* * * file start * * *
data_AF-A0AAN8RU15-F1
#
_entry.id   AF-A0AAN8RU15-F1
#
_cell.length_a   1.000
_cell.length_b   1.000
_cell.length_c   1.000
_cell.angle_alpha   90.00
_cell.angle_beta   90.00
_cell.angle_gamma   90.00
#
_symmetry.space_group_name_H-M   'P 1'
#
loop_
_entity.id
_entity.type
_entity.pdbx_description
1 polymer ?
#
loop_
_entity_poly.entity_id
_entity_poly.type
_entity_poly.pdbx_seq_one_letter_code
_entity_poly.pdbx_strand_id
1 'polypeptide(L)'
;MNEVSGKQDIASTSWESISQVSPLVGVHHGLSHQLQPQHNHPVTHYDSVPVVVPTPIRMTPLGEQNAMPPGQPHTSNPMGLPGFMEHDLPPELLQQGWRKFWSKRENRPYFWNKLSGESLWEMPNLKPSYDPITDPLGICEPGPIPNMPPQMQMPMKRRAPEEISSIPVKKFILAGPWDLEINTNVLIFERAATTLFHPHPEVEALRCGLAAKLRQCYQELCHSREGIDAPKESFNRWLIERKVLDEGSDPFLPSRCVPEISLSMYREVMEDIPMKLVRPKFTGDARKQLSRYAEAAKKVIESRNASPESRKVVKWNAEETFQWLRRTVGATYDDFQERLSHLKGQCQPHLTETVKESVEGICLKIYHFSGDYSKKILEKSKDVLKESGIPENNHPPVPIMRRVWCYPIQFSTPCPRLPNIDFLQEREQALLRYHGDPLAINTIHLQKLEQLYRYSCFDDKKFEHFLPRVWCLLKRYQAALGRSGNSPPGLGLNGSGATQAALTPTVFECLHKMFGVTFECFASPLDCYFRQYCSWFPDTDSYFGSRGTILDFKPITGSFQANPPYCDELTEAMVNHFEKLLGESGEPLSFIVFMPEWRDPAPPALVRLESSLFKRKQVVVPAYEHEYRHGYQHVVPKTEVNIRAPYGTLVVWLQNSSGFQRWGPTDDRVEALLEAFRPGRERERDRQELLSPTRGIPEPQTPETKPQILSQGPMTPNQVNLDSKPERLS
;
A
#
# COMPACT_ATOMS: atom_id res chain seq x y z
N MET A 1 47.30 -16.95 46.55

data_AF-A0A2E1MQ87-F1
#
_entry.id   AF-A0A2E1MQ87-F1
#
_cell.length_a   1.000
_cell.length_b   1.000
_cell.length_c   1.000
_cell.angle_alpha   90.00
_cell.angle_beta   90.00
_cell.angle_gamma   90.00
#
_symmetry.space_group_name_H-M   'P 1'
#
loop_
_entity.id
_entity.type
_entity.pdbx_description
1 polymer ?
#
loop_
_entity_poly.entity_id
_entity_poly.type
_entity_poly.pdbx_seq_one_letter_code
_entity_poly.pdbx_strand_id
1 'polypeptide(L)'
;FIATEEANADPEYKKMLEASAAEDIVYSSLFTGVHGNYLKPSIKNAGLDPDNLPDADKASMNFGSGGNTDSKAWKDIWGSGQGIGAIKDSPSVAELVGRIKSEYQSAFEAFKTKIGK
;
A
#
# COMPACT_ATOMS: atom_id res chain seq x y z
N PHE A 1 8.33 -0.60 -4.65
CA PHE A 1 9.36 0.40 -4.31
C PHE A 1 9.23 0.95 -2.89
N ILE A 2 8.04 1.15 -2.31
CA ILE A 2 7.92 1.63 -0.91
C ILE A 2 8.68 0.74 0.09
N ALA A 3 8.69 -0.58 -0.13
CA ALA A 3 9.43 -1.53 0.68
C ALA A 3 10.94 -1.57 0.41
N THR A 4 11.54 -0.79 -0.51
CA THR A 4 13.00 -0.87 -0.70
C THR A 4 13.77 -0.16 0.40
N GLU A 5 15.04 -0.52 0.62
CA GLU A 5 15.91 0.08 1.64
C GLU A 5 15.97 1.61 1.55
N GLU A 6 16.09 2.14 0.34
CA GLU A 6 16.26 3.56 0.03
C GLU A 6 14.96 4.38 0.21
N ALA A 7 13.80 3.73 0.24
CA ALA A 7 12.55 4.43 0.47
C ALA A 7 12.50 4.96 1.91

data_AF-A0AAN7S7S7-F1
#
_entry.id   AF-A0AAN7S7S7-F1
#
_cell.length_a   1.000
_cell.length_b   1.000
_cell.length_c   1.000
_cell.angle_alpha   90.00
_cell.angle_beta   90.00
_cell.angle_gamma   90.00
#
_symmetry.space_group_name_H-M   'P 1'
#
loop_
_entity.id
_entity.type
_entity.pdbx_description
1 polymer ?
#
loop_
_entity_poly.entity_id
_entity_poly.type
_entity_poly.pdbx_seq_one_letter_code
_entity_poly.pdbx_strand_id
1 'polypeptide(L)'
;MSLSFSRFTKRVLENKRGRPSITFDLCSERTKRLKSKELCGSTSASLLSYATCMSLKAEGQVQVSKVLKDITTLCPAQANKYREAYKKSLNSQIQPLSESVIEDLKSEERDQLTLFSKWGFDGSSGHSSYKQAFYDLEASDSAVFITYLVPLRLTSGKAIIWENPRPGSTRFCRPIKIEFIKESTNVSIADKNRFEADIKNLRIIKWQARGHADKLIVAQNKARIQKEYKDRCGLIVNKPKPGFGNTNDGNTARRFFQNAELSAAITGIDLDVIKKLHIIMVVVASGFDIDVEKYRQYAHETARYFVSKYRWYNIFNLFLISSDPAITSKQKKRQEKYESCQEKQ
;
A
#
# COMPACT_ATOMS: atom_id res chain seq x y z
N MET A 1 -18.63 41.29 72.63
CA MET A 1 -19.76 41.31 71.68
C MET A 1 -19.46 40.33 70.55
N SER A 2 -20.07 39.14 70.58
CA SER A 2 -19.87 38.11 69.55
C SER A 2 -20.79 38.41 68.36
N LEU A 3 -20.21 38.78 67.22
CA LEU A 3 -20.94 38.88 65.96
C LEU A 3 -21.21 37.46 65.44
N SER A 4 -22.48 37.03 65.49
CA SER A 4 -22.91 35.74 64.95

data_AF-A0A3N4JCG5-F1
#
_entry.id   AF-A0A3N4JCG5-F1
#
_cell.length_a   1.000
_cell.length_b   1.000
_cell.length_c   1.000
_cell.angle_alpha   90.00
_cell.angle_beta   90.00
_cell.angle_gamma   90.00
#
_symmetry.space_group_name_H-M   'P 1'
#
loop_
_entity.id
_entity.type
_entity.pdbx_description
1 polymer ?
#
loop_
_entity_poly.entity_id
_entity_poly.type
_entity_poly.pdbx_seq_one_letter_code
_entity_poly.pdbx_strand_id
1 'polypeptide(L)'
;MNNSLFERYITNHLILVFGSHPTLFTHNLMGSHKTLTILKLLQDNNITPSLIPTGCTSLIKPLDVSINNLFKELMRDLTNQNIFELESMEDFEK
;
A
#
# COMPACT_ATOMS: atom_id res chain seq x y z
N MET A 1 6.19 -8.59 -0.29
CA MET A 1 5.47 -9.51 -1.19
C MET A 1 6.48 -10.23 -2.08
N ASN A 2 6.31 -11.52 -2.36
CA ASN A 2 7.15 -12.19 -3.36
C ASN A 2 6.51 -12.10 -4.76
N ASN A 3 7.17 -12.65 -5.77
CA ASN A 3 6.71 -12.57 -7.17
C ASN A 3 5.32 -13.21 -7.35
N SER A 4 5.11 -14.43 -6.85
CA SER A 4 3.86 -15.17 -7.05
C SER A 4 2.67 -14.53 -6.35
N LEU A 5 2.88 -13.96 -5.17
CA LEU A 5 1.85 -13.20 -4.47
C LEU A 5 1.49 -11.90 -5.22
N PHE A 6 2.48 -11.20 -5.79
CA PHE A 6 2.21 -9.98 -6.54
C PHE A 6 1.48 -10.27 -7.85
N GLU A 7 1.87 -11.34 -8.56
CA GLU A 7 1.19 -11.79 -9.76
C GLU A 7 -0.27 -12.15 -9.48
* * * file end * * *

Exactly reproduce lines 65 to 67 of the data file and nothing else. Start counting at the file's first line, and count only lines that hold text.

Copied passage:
N ILE A 2 8.04 1.15 -2.31
CA ILE A 2 7.92 1.63 -0.91
C ILE A 2 8.68 0.74 0.09